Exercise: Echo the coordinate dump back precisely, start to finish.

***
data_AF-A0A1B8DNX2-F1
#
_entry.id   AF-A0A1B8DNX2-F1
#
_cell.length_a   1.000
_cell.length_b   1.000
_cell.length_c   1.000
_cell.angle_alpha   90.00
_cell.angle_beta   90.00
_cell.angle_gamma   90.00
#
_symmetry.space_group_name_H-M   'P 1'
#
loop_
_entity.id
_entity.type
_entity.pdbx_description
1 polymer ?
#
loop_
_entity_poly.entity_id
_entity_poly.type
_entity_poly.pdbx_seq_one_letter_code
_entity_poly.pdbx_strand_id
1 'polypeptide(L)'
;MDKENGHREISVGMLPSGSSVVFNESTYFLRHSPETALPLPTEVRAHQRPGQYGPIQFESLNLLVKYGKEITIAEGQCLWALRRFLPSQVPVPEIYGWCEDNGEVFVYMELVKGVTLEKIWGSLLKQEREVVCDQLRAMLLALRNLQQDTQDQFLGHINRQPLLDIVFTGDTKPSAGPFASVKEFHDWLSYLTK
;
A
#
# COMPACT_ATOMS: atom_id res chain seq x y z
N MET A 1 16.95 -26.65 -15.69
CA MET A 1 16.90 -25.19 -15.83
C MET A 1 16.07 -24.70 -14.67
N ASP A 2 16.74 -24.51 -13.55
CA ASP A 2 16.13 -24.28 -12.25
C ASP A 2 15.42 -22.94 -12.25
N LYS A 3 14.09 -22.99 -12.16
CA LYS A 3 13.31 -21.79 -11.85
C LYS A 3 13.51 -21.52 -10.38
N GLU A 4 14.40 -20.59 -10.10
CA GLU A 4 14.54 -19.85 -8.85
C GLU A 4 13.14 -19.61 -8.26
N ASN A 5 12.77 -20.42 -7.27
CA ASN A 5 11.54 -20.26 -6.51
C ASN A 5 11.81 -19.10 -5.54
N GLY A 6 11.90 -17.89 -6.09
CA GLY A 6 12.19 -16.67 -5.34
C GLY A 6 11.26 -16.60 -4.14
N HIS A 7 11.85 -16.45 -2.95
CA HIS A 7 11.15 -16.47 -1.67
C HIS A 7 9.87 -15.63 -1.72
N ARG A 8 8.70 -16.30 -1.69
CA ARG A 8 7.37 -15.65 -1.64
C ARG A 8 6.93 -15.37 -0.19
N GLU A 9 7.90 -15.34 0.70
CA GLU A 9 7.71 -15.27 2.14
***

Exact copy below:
data_AF-A0A1B8DNX2-F1
#
_entry.id   AF-A0A1B8DNX2-F1
#
_cell.length_a   1.000
_cell.length_b   1.000
_cell.length_c   1.000
_cell.angle_alpha   90.00
_cell.angle_beta   90.00
_cell.angle_gamma   90.00
#
_symmetry.space_group_name_H-M   'P 1'
#
loop_
_entity.id
_entity.type
_entity.pdbx_description
1 polymer ?
#
loop_
_entity_poly.entity_id
_entity_poly.type
_entity_poly.pdbx_seq_one_letter_code
_entity_poly.pdbx_strand_id
1 'polypeptide(L)'
;MDKENGHREISVGMLPSGSSVVFNESTYFLRHSPETALPLPTEVRAHQRPGQYGPIQFESLNLLVKYGKEITIAEGQCLWALRRFLPSQVPVPEIYGWCEDNGEVFVYMELVKGVTLEKIWGSLLKQEREVVCDQLRAMLLALRNLQQDTQDQFLGHINRQPLLDIVFTGDTKPSAGPFASVKEFHDWLSYLTK
;
A
#
# COMPACT_ATOMS: atom_id res chain seq x y z
N MET A 1 16.95 -26.65 -15.69
CA MET A 1 16.90 -25.19 -15.83
C MET A 1 16.07 -24.70 -14.67
N ASP A 2 16.74 -24.51 -13.55
CA ASP A 2 16.13 -24.28 -12.25
C ASP A 2 15.42 -22.94 -12.25
N LYS A 3 14.09 -22.99 -12.16
CA LYS A 3 13.31 -21.79 -11.85
C LYS A 3 13.51 -21.52 -10.38
N GLU A 4 14.40 -20.59 -10.10
CA GLU A 4 14.54 -19.85 -8.85
C GLU A 4 13.14 -19.61 -8.26
N ASN A 5 12.77 -20.42 -7.27
CA ASN A 5 11.54 -20.26 -6.51
C ASN A 5 11.81 -19.10 -5.54
N GLY A 6 11.90 -17.89 -6.09
CA GLY A 6 12.19 -16.67 -5.34
C GLY A 6 11.26 -16.60 -4.14
N HIS A 7 11.85 -16.45 -2.95
CA HIS A 7 11.15 -16.47 -1.67
C HIS A 7 9.87 -15.63 -1.72
N ARG A 8 8.70 -16.30 -1.69
CA ARG A 8 7.37 -15.65 -1.64
C ARG A 8 6.93 -15.37 -0.19
N GLU A 9 7.90 -15.34 0.70
CA GLU A 9 7.71 -15.27 2.14